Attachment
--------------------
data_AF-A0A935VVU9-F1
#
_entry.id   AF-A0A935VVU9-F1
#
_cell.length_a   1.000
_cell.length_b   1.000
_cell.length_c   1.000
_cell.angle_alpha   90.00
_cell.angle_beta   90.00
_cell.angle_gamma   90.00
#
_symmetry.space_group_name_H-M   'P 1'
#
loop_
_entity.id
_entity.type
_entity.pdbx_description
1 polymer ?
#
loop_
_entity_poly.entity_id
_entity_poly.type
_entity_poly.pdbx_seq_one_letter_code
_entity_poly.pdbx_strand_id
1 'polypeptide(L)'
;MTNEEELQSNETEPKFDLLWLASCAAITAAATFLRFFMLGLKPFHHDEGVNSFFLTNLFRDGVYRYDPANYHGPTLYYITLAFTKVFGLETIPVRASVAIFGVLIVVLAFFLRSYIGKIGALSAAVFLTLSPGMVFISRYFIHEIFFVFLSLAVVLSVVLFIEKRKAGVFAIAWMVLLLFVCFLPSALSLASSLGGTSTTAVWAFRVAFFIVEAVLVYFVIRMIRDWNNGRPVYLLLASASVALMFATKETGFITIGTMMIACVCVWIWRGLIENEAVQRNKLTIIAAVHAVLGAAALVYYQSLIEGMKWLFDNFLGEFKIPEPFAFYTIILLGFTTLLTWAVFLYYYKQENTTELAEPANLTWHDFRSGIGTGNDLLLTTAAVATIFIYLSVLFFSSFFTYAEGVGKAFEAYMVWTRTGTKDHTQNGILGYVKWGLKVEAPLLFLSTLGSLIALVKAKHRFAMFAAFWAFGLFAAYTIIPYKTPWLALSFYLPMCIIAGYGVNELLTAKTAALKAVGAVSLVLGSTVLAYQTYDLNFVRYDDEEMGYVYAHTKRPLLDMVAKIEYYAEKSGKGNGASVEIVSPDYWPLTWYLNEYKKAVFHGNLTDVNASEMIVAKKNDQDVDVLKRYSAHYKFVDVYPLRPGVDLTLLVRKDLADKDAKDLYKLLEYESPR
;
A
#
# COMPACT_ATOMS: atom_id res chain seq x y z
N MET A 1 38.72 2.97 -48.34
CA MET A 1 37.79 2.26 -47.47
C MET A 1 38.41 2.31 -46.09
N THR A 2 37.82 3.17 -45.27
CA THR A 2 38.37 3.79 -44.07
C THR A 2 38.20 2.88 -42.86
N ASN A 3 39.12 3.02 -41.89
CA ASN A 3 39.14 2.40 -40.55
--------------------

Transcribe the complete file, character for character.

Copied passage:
data_AF-A0A935VVU9-F1
#
_entry.id   AF-A0A935VVU9-F1
#
_cell.length_a   1.000
_cell.length_b   1.000
_cell.length_c   1.000
_cell.angle_alpha   90.00
_cell.angle_beta   90.00
_cell.angle_gamma   90.00
#
_symmetry.space_group_name_H-M   'P 1'
#
loop_
_entity.id
_entity.type
_entity.pdbx_description
1 polymer ?
#
loop_
_entity_poly.entity_id
_entity_poly.type
_entity_poly.pdbx_seq_one_letter_code
_entity_poly.pdbx_strand_id
1 'polypeptide(L)'
;MTNEEELQSNETEPKFDLLWLASCAAITAAATFLRFFMLGLKPFHHDEGVNSFFLTNLFRDGVYRYDPANYHGPTLYYITLAFTKVFGLETIPVRASVAIFGVLIVVLAFFLRSYIGKIGALSAAVFLTLSPGMVFISRYFIHEIFFVFLSLAVVLSVVLFIEKRKAGVFAIAWMVLLLFVCFLPSALSLASSLGGTSTTAVWAFRVAFFIVEAVLVYFVIRMIRDWNNGRPVYLLLASASVALMFATKETGFITIGTMMIACVCVWIWRGLIENEAVQRNKLTIIAAVHAVLGAAALVYYQSLIEGMKWLFDNFLGEFKIPEPFAFYTIILLGFTTLLTWAVFLYYYKQENTTELAEPANLTWHDFRSGIGTGNDLLLTTAAVATIFIYLSVLFFSSFFTYAEGVGKAFEAYMVWTRTGTKDHTQNGILGYVKWGLKVEAPLLFLSTLGSLIALVKAKHRFAMFAAFWAFGLFAAYTIIPYKTPWLALSFYLPMCIIAGYGVNELLTAKTAALKAVGAVSLVLGSTVLAYQTYDLNFVRYDDEEMGYVYAHTKRPLLDMVAKIEYYAEKSGKGNGASVEIVSPDYWPLTWYLNEYKKAVFHGNLTDVNASEMIVAKKNDQDVDVLKRYSAHYKFVDVYPLRPGVDLTLLVRKDLADKDAKDLYKLLEYESPR
;
A
#
# COMPACT_ATOMS: atom_id res chain seq x y z
N MET A 1 38.72 2.97 -48.34
CA MET A 1 37.79 2.26 -47.47
C MET A 1 38.41 2.31 -46.09
N THR A 2 37.82 3.17 -45.27
CA THR A 2 38.37 3.79 -44.07
C THR A 2 38.20 2.88 -42.86
N ASN A 3 39.12 3.02 -41.89
CA ASN A 3 39.14 2.40 -40.55